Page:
Huawei's NBN olive branch

Malcolm Turnbull’s attempts to shed further light on the Coalition's NBN have been overshadowed by talk of Huawei potentially returning to take part in the NBN. But the Chinese giant shouldn't hold its breath.

The NBN debate took a rather unexpected turn this week as opposition communications spokesman Malcolm Turnbull’s attempts to shed further light on the Coalition's NBN were somewhat overshadowed by the talk of Huawei potentially returning to take part in the NBN.

The Chinese giant was given the cold shoulder by the Australian government earlier this year after the ASIO flagged potential security considerations. The decision wasn’t a surprise for most in the industry, given that Huawei has copped a lot of similar flak in the US. In fact it wasn’t even a surprise to Huawei, which was privately aware of the expulsion since late last year.

However, technical proficiency has never been an issue in this equation and Huawei’s exclusion has always had more to do with geopolitics than technology.

The real surprise, as evidenced by Independent MP Rob Oakeshott’s reaction, is how and why the Coalition is so keen to bring Huawei back to the table.

However, it might be worthwhile to bear in mind that Turnbull’s statement isn’t a definitive pledge to overrule the existing decision. All he has said is that the Coalition will review the security intelligence that informed the Gillard government’s decision. This isn’t actually a new position and Turnbull made a similar commitment earlier this month in his speech at the American Chamber of Commerce lunch. 

So will a review of this information, if and when it occurs, deliver salvation to Huawei?

The simple answer to that is no. That is unless a Coalition government is willing to rock the boat as far as our connections with Washington DC are involved. Despite its successes across the globe Huawei and China’s ZTE for that matter just can’t catch a break in the US. In fact, ZTE is set to take part in a US congressional hearing next month linked to an investigation of alleged Chinese espionage threats to US telecommunications infrastructure. The process will also see the deputy chairman of Huawei, Ken Hu, testify at a hearing that would explore their companies' relationships with the Chinese authorities, among other things.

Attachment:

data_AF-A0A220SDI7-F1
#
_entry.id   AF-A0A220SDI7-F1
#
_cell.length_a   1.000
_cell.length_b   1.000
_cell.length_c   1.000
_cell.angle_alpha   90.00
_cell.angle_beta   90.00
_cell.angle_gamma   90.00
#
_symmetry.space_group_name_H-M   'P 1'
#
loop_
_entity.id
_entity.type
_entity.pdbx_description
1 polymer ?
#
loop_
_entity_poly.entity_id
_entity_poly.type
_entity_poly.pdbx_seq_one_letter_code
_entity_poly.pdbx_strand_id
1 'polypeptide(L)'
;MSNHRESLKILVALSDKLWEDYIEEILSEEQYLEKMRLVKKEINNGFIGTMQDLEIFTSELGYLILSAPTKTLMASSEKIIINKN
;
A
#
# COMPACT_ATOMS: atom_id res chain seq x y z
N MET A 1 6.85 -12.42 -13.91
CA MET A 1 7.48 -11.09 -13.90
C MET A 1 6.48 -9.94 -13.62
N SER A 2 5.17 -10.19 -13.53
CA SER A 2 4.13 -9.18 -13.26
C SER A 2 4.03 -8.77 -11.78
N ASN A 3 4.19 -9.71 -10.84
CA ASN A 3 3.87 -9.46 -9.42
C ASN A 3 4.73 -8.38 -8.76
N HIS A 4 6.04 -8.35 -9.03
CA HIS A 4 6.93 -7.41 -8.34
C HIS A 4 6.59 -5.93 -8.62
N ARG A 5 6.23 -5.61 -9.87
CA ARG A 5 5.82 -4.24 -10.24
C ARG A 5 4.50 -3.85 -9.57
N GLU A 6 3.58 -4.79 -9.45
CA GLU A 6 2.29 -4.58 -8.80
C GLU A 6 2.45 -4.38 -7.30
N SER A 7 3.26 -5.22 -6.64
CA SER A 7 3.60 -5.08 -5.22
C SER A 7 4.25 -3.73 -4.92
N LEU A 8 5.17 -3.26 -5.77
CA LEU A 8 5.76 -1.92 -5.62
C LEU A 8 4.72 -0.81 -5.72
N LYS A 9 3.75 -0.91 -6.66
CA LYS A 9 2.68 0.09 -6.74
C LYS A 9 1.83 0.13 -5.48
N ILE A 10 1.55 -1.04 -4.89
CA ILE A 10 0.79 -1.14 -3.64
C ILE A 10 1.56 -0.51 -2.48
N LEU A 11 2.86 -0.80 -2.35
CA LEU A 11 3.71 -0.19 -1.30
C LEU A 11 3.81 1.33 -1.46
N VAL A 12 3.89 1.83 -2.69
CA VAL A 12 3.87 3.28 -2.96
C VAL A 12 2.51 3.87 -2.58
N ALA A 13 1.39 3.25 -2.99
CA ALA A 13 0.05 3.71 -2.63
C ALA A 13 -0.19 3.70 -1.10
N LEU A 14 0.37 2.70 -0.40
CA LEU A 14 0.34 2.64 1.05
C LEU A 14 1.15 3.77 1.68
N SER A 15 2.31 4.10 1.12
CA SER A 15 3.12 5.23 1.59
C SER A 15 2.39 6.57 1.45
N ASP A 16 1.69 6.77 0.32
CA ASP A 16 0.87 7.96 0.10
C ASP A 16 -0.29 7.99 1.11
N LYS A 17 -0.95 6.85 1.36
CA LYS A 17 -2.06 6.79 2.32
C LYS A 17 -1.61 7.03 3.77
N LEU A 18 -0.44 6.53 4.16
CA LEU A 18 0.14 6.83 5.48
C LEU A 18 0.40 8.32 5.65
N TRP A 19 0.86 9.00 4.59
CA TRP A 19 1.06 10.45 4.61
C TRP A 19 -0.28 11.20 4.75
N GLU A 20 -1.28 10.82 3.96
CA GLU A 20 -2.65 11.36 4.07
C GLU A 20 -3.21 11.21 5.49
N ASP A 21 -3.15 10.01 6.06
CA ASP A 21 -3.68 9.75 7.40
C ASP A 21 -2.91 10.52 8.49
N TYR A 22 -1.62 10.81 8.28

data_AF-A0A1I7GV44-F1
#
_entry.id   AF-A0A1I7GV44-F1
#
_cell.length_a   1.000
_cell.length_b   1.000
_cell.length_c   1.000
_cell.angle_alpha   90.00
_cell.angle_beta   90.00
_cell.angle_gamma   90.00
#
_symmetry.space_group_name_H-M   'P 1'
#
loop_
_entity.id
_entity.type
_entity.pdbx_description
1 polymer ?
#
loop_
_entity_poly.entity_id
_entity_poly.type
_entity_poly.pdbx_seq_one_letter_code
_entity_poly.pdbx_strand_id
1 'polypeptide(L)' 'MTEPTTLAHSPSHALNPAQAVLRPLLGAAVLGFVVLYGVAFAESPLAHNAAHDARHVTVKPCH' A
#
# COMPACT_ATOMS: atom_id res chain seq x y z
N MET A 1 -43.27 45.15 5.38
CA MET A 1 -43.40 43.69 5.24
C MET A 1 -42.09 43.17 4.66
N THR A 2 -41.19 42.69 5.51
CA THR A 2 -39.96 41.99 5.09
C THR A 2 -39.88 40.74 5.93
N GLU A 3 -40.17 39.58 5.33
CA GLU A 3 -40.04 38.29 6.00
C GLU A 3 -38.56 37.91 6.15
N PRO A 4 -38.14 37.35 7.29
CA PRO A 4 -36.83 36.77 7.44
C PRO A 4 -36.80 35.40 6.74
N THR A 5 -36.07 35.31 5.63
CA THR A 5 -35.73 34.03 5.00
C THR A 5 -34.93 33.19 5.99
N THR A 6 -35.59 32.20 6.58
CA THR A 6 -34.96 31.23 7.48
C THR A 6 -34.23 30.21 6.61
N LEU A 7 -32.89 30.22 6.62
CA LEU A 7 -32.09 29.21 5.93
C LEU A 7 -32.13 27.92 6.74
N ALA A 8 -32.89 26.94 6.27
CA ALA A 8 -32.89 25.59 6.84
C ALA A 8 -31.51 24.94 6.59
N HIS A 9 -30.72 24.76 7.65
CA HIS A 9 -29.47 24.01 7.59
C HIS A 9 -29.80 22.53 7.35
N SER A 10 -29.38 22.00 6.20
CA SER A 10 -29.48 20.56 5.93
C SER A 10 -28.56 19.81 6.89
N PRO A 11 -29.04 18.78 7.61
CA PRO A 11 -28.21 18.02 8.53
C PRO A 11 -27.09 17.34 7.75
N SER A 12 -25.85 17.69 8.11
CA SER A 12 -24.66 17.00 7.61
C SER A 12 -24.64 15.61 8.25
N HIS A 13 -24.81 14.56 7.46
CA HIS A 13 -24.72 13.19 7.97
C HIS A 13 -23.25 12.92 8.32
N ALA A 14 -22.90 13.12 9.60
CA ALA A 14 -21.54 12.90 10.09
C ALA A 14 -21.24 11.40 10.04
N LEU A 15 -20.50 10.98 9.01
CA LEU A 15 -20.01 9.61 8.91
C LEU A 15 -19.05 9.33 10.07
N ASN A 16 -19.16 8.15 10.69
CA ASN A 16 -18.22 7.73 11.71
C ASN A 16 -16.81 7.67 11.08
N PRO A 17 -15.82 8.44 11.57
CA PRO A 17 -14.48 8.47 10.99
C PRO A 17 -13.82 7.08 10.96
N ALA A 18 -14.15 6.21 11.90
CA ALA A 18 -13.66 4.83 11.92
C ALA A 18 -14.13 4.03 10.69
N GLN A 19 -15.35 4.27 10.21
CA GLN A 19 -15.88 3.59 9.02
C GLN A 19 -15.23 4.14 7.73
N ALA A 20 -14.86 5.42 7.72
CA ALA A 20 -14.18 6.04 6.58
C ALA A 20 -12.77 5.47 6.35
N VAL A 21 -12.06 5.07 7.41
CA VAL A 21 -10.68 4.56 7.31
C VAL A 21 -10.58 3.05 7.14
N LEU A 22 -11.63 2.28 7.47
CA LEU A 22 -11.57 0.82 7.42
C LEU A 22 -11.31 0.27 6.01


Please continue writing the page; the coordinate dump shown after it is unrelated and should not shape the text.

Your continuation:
This type of intense scrutiny comes despite news that Huawei has spent over $820,000 in lobbying efforts in the US in the first half of 2012. Since October of last year, Huawei has reportedly hired six firms to represent the company in Washington D.C., including a former senator, two experienced Republican campaign aides, and a former Democratic chief of staff.

It’s very similar to the game plan being followed in Australia and unfortunately this is the price Huawei has to pay for its perceived connection with the military apparatus in Beijing.

A move by Canberra to give Huawei a chance, especially when vetting process is still underway in the US, would cause acute embarrassment to all involved. Working on the NBN would provide Huawei an extra dollop of credibility, which could make US recalcitrance unfeasible.

It’s conceivable that Huawei may manage to find some traction in the US which would certainly make things a lot easier for the Coalition. However, for now Huawei will look at Turnbull’s olive branch as a small step in the right direction and nothing more.  

Turnbull's ode to pragmatism

Back to the domestic NBN politicking, the shadow communications and broadband minister is charging ahead with his plan to give the average voter a clearer picture what lies in store once the Gillard government in dethroned. This picture is increasingly gravitating away from a Fibre-to-the-Node (FttN) network to one with a greater emphasis on picking the right technology for the right situation.  That means a combination of FttN and Fibre-to-the-Home (FttH) as the need arises.

As Turnbull pointed out this week to The Australian Financial Review, he is not a technology zealot. All he is really concerned about is to ensure that better broadband gets to those who need it the most, as quickly and cheaply as possible.

“I am totally agnostic and in favour of whatever works. Whatever works and whatever is most cost-effective is what I want to pursue,” Turnbull told the paper

“If fibre to the node can deliver more than adequate broadband for the vast majority of people, at a quarter of the cost, and take a third as long to do, then you would be nuts not to do it. That is the bottom line.”

While Turnbull’s pragmatism is worthy of applause perhaps its appeal would be more far reaching if he was just  little more forthcoming with a few more pertinent details. However, as I have said earlier, the mission right now isn’t to get bogged down by the technicalities, but to instead present an image to the public that shows the Coalition holding the keys to a faster broadband future.